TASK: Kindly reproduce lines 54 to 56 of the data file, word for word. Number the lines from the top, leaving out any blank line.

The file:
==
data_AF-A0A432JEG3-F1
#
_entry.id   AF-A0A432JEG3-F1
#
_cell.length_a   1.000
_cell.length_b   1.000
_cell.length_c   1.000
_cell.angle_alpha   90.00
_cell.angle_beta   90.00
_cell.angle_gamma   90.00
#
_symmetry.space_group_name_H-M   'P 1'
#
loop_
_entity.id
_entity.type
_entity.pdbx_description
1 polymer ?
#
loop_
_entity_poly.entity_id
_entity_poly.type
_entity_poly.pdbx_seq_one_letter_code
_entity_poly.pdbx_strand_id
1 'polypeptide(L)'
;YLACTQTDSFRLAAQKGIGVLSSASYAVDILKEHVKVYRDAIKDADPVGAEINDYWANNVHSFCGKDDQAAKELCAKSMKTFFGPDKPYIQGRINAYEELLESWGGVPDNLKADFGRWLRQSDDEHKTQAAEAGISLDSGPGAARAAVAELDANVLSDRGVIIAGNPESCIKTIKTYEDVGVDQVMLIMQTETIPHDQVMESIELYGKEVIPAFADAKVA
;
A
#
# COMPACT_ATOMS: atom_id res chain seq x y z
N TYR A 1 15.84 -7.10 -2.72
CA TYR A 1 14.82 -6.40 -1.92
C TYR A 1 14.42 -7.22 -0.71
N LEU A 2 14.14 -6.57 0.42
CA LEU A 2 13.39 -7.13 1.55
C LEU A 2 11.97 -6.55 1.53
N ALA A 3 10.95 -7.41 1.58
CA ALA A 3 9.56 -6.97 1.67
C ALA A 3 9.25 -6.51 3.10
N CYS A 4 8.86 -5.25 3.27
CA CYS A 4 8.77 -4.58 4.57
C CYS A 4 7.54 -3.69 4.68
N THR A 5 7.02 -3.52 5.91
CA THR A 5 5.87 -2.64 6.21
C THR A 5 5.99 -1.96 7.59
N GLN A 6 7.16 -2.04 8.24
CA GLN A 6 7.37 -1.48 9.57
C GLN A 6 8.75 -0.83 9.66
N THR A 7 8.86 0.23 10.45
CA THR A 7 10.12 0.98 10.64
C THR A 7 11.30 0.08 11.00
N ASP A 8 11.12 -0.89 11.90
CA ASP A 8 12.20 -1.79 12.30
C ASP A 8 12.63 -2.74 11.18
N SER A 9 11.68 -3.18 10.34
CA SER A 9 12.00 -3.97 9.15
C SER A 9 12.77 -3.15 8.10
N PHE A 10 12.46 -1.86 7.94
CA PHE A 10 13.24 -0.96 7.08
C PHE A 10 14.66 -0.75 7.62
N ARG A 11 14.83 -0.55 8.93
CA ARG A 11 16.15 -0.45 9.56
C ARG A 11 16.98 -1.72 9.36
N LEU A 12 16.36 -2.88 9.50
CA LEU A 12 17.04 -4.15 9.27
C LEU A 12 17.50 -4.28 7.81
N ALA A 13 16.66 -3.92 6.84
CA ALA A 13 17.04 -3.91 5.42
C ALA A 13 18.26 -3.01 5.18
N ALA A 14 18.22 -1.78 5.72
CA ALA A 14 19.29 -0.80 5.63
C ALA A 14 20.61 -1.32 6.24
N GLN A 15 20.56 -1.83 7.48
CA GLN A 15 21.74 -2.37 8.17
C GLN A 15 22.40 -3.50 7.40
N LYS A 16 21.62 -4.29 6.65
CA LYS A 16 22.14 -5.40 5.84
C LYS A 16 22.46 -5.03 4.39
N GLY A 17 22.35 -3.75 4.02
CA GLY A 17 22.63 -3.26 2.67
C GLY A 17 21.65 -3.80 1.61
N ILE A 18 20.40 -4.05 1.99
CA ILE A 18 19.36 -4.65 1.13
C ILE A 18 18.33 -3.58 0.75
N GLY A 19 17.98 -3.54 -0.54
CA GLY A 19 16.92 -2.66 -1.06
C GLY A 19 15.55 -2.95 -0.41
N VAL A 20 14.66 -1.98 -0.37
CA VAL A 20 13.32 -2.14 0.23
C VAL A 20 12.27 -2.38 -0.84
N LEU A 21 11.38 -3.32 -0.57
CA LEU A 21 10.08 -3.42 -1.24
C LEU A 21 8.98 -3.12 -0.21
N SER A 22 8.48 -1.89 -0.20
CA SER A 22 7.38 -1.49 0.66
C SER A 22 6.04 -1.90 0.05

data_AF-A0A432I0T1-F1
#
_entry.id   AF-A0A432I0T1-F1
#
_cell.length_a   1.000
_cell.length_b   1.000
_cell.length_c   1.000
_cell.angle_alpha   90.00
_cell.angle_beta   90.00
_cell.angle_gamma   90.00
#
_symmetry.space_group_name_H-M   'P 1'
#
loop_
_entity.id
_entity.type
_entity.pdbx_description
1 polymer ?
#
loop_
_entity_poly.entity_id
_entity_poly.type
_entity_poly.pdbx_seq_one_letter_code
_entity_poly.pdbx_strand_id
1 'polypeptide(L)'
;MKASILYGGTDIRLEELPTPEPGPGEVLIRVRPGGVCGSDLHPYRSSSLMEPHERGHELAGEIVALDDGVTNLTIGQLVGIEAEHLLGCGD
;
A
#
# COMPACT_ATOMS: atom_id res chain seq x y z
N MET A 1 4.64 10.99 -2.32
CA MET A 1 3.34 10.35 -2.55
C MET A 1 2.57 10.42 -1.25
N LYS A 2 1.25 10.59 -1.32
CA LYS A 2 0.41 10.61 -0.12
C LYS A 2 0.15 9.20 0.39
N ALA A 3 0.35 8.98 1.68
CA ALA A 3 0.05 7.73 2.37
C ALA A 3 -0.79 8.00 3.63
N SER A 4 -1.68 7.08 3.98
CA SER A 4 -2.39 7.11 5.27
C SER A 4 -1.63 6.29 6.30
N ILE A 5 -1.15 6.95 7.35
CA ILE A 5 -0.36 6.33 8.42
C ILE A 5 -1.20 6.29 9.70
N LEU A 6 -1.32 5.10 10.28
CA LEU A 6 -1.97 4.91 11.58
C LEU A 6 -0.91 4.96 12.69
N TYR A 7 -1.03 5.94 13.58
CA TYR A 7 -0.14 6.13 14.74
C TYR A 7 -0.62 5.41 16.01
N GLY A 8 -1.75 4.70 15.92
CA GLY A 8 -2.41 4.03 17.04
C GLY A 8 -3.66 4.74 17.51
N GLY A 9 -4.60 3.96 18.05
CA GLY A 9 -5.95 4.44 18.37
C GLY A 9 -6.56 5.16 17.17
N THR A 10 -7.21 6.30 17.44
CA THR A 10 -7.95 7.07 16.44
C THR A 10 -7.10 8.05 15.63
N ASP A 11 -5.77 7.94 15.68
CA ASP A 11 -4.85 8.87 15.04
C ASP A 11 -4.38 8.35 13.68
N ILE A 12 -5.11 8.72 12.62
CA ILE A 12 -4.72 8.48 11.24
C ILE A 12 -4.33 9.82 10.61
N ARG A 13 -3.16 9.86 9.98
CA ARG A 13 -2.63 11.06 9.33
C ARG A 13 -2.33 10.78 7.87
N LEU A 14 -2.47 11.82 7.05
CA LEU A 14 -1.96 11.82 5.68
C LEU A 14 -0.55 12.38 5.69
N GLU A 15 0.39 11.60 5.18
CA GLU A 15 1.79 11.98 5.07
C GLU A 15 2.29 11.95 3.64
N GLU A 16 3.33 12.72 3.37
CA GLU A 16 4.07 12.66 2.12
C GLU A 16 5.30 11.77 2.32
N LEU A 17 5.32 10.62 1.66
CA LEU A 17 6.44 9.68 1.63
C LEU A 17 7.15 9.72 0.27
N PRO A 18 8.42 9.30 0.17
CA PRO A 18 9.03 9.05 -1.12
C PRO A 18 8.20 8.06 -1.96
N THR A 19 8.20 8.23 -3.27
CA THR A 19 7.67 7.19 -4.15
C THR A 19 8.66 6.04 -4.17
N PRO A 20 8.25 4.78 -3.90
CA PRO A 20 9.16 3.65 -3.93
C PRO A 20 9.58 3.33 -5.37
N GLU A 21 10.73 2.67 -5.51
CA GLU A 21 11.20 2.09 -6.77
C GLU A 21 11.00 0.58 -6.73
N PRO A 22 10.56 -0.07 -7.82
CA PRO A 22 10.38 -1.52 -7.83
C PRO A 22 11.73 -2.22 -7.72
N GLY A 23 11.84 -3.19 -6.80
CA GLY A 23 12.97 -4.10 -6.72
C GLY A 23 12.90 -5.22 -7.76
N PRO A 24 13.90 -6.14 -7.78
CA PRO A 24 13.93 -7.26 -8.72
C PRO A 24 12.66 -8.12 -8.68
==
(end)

C ASP A 8 12.63 -2.74 11.18
N SER A 9 11.68 -3.18 10.34
CA SER A 9 12.00 -3.97 9.15